A Case of Media Labor Protection
On June 23rd MNC Group, one of the largest media group in Indonesia, unilaterally dismissed around 300 employees. The case highlighted the problems of labor protection in Indonesian media industry.
A Case of Media Labor Protection
On June 23rd MNC Group, one of the largest media group in Indonesia, unilaterally dismissed around 300 employees. The case highlighted the problems of labor protection in Indonesian media industry.

“As long as capitalism is the prevalent system in Indonesia, our problems with inequality and wealth gap will never be solved.” An interesting remark, considering that it came from Hary Tanoesoedibjo, Indonesia’s media tycoon and Donald Trump’s bussiness partner whose name felt almost synonimous with capitalism.

A bit later, he corrected his statement that actually “Indonesia’s conception of capitalism is mistaken.” It remains a mystery, what is the “right kind of capitalism” that Hary endorses.  If he likes to practice what he preaches, though, it might involve union bustings and unilateral dismissals.

Recently, Hary Tanoe’s MNC (Media Nusantara Citra) Group dismissed around 300 of its employees. The dismissal is the result of “a change of bussiness model”, in which MNC Group closed its subsidiaries, notably numerous Sindo Newspaper regional offices. Genie Tabloid and Mom and Kiddie Tabloid suffers the same fate and laid off 42 of its employees. In a different case, unilateral dismissal also occured in MNC channel (90 employees), and INews TV (8 employees).

Tarmuji, a photographer for Sindo Newspaper in East Java region, testified in an open letter that the dismissal comes in a sudden. There is no warning, except from some rumors going around. He received his dismissal notification mail just two days before Lebaran (Eid al-Fitr) holiday.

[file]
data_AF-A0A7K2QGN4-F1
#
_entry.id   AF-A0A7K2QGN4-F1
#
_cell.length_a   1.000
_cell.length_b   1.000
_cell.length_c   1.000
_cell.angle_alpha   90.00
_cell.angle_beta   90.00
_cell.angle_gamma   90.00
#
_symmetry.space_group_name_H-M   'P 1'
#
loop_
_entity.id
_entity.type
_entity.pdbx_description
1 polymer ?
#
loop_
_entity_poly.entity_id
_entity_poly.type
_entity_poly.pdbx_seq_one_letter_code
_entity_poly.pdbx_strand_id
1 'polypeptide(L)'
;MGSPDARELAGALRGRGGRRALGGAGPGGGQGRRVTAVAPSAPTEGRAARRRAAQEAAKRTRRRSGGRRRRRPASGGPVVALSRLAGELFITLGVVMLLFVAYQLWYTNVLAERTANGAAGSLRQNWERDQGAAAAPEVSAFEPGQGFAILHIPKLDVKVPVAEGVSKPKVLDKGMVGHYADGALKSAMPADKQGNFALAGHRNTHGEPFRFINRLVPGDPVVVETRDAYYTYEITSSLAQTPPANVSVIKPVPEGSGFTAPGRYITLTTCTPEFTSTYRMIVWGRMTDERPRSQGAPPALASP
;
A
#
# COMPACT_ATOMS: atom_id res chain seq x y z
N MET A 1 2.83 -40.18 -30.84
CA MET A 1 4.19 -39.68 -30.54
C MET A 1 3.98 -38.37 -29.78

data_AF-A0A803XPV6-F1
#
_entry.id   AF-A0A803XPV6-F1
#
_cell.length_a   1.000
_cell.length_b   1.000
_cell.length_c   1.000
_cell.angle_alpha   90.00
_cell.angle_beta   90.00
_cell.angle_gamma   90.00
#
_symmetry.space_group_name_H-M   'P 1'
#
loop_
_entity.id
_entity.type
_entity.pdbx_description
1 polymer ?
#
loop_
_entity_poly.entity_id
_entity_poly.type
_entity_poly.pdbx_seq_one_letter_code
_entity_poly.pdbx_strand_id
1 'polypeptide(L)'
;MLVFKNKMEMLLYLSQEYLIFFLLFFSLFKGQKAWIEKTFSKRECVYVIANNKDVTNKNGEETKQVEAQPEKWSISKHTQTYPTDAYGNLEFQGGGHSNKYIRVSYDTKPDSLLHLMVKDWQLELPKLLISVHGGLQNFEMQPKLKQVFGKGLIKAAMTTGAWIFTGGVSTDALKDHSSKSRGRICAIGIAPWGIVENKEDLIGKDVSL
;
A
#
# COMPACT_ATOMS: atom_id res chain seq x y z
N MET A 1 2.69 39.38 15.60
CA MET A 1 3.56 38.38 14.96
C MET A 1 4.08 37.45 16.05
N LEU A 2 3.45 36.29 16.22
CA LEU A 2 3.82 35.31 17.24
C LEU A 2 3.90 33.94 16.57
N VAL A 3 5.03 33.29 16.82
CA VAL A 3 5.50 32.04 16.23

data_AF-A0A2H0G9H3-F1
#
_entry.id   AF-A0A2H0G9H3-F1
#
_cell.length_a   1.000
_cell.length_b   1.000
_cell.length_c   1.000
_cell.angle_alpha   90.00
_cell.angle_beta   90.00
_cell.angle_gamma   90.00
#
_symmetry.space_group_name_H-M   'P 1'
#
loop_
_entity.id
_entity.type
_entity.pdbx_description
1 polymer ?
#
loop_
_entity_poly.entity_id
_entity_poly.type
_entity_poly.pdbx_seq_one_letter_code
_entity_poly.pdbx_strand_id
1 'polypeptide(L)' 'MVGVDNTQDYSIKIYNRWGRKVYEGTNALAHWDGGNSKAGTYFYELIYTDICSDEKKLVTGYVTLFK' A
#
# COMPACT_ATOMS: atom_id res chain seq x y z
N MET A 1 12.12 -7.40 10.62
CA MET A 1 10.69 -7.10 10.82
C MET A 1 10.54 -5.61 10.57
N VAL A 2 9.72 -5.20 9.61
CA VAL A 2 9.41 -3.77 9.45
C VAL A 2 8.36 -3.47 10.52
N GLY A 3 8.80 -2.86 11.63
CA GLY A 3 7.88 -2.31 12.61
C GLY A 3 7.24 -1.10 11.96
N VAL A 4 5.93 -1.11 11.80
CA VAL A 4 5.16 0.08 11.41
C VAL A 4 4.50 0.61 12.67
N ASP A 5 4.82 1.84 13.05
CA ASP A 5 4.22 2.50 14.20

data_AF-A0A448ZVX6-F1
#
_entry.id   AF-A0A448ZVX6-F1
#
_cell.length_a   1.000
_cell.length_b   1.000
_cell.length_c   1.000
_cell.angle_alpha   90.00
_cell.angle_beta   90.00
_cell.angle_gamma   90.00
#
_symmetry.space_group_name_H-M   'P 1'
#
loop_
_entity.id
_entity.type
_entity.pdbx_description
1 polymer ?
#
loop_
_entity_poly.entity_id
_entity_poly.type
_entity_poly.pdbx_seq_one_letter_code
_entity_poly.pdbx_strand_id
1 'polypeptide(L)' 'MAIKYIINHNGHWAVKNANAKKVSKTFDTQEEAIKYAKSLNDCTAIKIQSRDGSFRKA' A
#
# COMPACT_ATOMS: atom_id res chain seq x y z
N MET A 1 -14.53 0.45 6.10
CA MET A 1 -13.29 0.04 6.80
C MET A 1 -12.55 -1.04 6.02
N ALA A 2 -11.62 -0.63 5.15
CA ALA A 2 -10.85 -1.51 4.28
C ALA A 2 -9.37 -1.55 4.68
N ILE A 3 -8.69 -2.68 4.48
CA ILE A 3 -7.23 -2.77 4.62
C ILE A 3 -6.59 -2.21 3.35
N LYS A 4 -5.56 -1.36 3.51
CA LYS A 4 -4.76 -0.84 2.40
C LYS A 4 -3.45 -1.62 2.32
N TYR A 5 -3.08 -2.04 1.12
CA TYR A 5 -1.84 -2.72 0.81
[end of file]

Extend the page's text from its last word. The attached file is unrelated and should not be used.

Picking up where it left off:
Such one-sided dismissal clearly violated the Indonesian Labor Laws, which required every termination of employment to include bipartite negotiation. The management also arbitrarily decided the number of the severance pay, which failed to fulfill the minimum rights of the employees as stated by the Labor Laws.

The representatives of the employees, with the aid of AJI (Independent Journalist’s Association) and FSPMI (Indonesian Media Workers Federation), have seeked help from the Department of Labor and Transportation. With the Department as the middleman, negotiations are currently underway.

Not a New Trope

Unfortunately, this lack of of protection faced by media labors is not a new phenomenon. In In 2014’s presidential election, Jokowi was the opponent of Prabowo, which was the presidential candidate of Hary Tanoe’s political coalition. Raymond Rondonowu, ex-news producer for “Seputar Indonesia” (a news program under RCTI, one of MNC Media’s television channels), protested the program’s news piece. In 12 June, “Seputar Indonesia” aired a news piece on an alleged leak of presidential debate material received by Jokowi’s campaign team. Raymond complained, saying that the news was dubious and the source was unreliable. Later that night, he was swiftly fired.

INews TV, another media under MNC group, were also guilty for union busting. In 2016, SKIB, a union established by iNews TV workers, sent a mail to the management questioning the fate of some union members who were still working under limited contracts. The management of INews TV responded by gradually stopping the extention of the contracts of six employees who were members of the union. The union demanded a bipartite negotiation with the management which then answered by the dismissal of Iman Lesmana, the leader of the union. Iman does not receive severance pay, although he had worked for 8 years at the company. The management said that Iman had violated a company rule by informing the media about the existence of workers who worked under the provincial minimum wage of Jakarta.